I made this for a little while ago and it was a hit. I was a little worried because the day before I cooked a kabocha that was so dry I couldn’t eat it. While the creaminess varies a lot, I’ve never had such dry kabocha. Luckily the one I used for the dip was nice and creamy.
Kabocha Coconut Curry Dip
1/4 kabocha squash, cooked
1/2 can white beans, drained
18g coconut milk powder
1 tablespoon olive oil
1 teaspoon curry powder
1/2 – 1 teaspoon salt
Put everything in the food processor and puree until you get a desired texture. You may need to add a bit of water if it is too thick for your liking.
My last post was a quickie dip recipe and this entire post will be devoted to dips. I love veggies and dip. I’m pretty sure that I could eat veggies and dip every warm day of the year without tiring. I’ve rounded up four of my dip posts in one place to get you started.
Avacado Tofu Ranch Dip
Silky Smooth Soy Bean Dip
Edmamae and Tofu Dip
Tex Mex Hummus
It’s now dip season. As I am not a hot dip person, dip season is only when it is warm. This is a quickie – only two ingredients. All you need to do is blend them together using the tool of your choice whether it is a whisk, blender, food processor or immersion blender (my tool of choice). In the picture you can see my onion consome (オニオンコンソメ onion consome) of choice, Knorr – I love their chicken and beef stock cubes as well.
Quick Onion Tofu Dip
1 small block soft tofu
1 packet onion consome soup
Blend and serve. You may need to add a bit of water to get your desired consistency.
For some reason I am somewhat obsessed with sakura flavor this year. This is my eighth sakura season but the first time I have been interested in sakura flavored anything. I asked on Facebook and Twitter about the best flavoring to use and was told that the flavor is in the leaves, which are preserved in salt and need to be rinsed well. I bought both the leaves and the flowers (also preserved in salt) as well as some extract but it smells too floral. I decided to make sakura an (bean paste) and put in on pancakes (see above picture). I replaced 1/2 cup of the flour in the pancakes with kinako powder (soy bean powder) to make them match better with bean paste. I added a preserved sakura flower on top (rinsed with boiling water as they are very salty).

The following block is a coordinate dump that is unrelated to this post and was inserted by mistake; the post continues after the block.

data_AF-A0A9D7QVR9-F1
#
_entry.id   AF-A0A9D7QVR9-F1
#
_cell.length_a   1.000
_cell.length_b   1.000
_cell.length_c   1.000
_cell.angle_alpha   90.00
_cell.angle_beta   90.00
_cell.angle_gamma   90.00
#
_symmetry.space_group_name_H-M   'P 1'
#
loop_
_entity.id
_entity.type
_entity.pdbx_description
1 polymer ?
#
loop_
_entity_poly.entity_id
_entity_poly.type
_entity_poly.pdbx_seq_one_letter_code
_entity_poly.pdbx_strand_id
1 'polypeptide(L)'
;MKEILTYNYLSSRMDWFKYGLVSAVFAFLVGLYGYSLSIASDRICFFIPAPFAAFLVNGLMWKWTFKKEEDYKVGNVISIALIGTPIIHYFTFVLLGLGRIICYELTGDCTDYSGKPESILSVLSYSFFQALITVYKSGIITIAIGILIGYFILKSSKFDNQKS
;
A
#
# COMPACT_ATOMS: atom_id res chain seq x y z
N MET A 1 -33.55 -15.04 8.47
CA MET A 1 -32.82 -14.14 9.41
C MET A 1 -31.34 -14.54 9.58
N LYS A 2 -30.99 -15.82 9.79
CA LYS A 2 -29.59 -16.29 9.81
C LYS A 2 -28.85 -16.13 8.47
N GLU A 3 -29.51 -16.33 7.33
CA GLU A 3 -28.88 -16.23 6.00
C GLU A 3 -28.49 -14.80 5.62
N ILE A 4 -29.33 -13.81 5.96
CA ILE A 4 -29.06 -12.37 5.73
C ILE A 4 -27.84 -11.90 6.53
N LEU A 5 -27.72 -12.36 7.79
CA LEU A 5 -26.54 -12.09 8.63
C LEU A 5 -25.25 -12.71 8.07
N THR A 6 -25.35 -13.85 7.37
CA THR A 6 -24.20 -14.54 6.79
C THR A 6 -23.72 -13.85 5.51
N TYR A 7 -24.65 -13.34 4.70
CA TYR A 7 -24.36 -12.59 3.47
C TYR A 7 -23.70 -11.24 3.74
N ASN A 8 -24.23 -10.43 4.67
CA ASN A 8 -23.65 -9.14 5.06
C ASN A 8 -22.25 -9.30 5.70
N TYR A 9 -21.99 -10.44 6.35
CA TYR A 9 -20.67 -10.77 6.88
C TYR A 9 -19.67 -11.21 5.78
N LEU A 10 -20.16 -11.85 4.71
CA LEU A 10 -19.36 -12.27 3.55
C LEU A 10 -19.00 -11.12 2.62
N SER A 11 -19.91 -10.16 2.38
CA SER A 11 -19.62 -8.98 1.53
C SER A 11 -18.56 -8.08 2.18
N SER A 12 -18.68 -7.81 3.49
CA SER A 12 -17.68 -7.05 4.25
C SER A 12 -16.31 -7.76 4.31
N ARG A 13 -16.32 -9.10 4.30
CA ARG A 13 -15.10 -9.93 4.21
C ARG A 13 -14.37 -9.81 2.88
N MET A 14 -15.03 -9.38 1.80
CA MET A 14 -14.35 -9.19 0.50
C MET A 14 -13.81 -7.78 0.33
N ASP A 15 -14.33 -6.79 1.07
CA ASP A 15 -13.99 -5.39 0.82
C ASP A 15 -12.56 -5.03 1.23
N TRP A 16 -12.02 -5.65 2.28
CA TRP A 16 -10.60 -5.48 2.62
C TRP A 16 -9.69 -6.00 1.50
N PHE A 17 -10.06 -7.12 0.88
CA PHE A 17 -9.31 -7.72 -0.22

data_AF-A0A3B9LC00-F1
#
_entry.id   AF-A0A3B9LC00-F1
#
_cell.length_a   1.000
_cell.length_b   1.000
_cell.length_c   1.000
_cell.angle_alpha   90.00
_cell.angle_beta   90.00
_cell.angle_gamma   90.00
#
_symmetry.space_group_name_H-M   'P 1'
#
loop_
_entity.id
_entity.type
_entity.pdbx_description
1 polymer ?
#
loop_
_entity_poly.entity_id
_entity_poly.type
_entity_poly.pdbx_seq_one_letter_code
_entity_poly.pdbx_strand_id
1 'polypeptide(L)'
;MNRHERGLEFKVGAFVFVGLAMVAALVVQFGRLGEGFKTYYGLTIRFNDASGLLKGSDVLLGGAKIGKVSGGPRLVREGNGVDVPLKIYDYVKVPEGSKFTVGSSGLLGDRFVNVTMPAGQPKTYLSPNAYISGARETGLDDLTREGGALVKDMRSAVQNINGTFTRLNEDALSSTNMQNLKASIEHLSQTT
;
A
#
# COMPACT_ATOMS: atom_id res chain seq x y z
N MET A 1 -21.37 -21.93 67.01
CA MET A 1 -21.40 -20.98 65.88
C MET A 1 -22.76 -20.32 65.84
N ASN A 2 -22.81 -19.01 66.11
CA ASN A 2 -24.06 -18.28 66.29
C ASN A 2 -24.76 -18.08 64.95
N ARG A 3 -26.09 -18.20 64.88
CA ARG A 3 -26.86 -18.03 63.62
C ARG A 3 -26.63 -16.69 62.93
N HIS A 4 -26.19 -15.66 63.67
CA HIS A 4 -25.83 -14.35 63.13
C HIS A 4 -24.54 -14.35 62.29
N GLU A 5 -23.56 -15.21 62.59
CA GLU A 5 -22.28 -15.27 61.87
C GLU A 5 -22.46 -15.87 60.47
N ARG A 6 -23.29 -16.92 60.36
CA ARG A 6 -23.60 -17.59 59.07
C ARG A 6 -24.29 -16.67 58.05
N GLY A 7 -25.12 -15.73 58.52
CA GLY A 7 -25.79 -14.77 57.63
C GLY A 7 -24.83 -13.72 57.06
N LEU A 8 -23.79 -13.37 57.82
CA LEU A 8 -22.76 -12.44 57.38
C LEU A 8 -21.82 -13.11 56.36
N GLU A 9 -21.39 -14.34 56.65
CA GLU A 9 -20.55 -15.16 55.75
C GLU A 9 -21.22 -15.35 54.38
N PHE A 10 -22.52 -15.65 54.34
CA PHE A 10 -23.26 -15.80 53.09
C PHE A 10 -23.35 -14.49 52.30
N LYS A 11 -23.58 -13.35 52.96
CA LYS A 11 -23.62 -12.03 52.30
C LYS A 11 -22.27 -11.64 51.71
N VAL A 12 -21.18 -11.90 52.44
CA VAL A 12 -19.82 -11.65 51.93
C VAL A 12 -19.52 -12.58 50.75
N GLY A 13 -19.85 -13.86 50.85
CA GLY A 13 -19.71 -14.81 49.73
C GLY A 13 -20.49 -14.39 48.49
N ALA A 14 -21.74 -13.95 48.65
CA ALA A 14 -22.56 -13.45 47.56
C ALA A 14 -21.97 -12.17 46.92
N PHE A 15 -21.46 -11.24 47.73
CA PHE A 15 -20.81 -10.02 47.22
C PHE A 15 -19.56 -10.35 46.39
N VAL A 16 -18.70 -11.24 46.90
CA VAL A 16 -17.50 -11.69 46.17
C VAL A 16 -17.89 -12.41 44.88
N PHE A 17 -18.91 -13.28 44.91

Apparently it takes a little while for the flavor to come out so I made the bean paste the night before. Many visitors to Japan don’t really like bean paste because it is sickly sweet. The great thing about making it yourself is that you can control the sweetness. I put just enough sugar to make it sweet but not so sweet that I couldn’t eat is as part of my breakfast.
Sakura Bean Paste
1 cup cooked white beans
1 preserved sakura leaf
enough water to puree the beans
sugar to taste
red food coloring
Rince the sakura leaf in boiling water to remove most of the salt. Puree the beans and the sakura leaf in a food processor adding only as much water as necessary to get a smooth paste. Blend in sugar to taste and add a bit of red food coloring to get that nice pink color (if desired). Let sit overnight for the flavour to blend.
I found a new pumpkin butter recipe on Oh She Glows this week that I had to try with kabocha. I have a kabocha jam recipe that I make all the time and decided to combine the two recipes – ingredients from the pumpkin butter recipe and cooking method from my kabocha jam recipe. I have to say that I love the results. I usually use orange juice to make kabocha jam but this recipe uses apple juice. I love them both equally. You can see above that I made little effort to get the air bubbles out of the jar. There are two reasons for that; one, my son was sleeping at the time and it would make him jump (but luckily not cry) and two, I don’t expect this to last longer than a week. I made it yesterday and have already polished off a quarter of it. I actually made a half batch of Amish White Bread using 1 cup of rye flour just to accompany it.
Inspired by Oh She Glows
1/4 kabocha squash, cut into small chunks
1 1/2 cups apple juice
1/3 cup sugar (will skip next time)
1 teaspoon ground ginger
2 teaspoons ground cinnamon
juice of half of a lemon (I forgot to add this)
Put all ingredients except the lemon juice in a sauce pan and bring to a boil. Turn down to medium heat and simmer until the kabocha is soft and there is not much liquid left. Cool until just warm. Put in a food processor or blender along with the lemon juice and process until smooth. When cool, put in a storage container of choice and remove as many air bubbles as possible. This will not keep as long as a regular jam so eat it up soon.